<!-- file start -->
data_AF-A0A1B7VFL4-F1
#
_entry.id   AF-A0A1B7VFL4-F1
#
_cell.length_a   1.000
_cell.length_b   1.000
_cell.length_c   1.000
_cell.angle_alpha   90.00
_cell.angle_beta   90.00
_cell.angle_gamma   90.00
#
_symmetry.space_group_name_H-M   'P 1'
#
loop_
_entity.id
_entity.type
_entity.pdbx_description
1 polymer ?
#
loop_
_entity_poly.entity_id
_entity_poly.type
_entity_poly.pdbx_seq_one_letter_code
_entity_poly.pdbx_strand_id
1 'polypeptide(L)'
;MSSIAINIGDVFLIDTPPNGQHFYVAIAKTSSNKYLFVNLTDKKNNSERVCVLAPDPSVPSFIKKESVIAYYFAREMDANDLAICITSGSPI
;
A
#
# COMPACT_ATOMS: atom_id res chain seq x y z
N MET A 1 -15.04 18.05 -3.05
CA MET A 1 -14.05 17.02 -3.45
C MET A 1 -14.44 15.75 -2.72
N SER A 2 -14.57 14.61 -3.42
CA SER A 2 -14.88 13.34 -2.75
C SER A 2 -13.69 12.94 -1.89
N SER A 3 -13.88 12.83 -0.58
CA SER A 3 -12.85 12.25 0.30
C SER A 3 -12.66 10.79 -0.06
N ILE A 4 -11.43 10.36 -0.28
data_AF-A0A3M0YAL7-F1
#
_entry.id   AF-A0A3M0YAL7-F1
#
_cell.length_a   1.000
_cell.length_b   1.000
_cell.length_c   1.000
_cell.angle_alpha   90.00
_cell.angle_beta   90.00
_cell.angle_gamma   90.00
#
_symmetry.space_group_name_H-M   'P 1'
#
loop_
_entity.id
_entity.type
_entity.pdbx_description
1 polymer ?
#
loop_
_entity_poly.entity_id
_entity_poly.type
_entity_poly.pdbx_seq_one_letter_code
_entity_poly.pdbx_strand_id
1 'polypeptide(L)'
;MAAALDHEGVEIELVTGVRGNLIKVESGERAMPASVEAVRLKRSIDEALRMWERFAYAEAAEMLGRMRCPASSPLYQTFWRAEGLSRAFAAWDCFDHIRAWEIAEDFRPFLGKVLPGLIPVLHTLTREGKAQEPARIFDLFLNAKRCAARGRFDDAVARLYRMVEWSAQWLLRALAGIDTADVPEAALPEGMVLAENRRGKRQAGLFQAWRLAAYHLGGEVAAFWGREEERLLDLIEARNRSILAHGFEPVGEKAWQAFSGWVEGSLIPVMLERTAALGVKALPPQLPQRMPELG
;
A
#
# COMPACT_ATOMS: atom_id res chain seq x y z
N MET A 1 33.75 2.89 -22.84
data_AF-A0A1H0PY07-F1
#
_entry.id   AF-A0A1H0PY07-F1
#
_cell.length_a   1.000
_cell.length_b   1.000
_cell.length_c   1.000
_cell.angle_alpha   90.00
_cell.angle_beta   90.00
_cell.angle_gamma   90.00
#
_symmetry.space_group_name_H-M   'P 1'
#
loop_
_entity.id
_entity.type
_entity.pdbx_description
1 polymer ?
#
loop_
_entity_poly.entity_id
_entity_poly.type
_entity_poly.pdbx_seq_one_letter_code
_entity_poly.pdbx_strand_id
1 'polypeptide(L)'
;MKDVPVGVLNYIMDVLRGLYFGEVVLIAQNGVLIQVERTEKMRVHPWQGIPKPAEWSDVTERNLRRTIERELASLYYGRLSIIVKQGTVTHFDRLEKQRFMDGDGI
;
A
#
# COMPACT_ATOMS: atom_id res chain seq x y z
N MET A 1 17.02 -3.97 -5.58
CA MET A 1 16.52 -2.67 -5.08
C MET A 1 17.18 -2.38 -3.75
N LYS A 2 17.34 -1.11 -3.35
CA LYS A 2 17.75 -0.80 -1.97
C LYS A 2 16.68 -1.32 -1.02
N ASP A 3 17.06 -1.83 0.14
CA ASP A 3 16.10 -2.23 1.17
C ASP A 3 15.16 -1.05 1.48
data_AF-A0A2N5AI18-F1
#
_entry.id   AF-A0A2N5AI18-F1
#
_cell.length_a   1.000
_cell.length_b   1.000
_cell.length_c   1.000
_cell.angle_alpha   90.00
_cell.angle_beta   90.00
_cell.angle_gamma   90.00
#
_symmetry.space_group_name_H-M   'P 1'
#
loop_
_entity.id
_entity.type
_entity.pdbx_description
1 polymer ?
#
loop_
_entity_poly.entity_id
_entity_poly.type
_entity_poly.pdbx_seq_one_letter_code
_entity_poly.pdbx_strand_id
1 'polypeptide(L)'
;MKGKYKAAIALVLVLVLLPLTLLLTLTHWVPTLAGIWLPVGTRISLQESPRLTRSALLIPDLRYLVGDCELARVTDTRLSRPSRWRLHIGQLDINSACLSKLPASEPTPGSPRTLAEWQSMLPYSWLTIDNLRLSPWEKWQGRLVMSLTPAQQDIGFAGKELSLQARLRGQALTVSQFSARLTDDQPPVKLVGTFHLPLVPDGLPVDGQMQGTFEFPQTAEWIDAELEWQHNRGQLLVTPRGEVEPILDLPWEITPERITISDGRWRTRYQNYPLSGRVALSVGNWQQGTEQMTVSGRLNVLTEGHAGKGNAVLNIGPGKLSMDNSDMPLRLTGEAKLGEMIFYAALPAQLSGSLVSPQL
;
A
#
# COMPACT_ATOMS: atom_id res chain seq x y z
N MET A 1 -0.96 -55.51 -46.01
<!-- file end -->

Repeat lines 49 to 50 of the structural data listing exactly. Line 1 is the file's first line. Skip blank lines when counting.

_cell.angle_beta   90.00
_cell.angle_gamma   90.00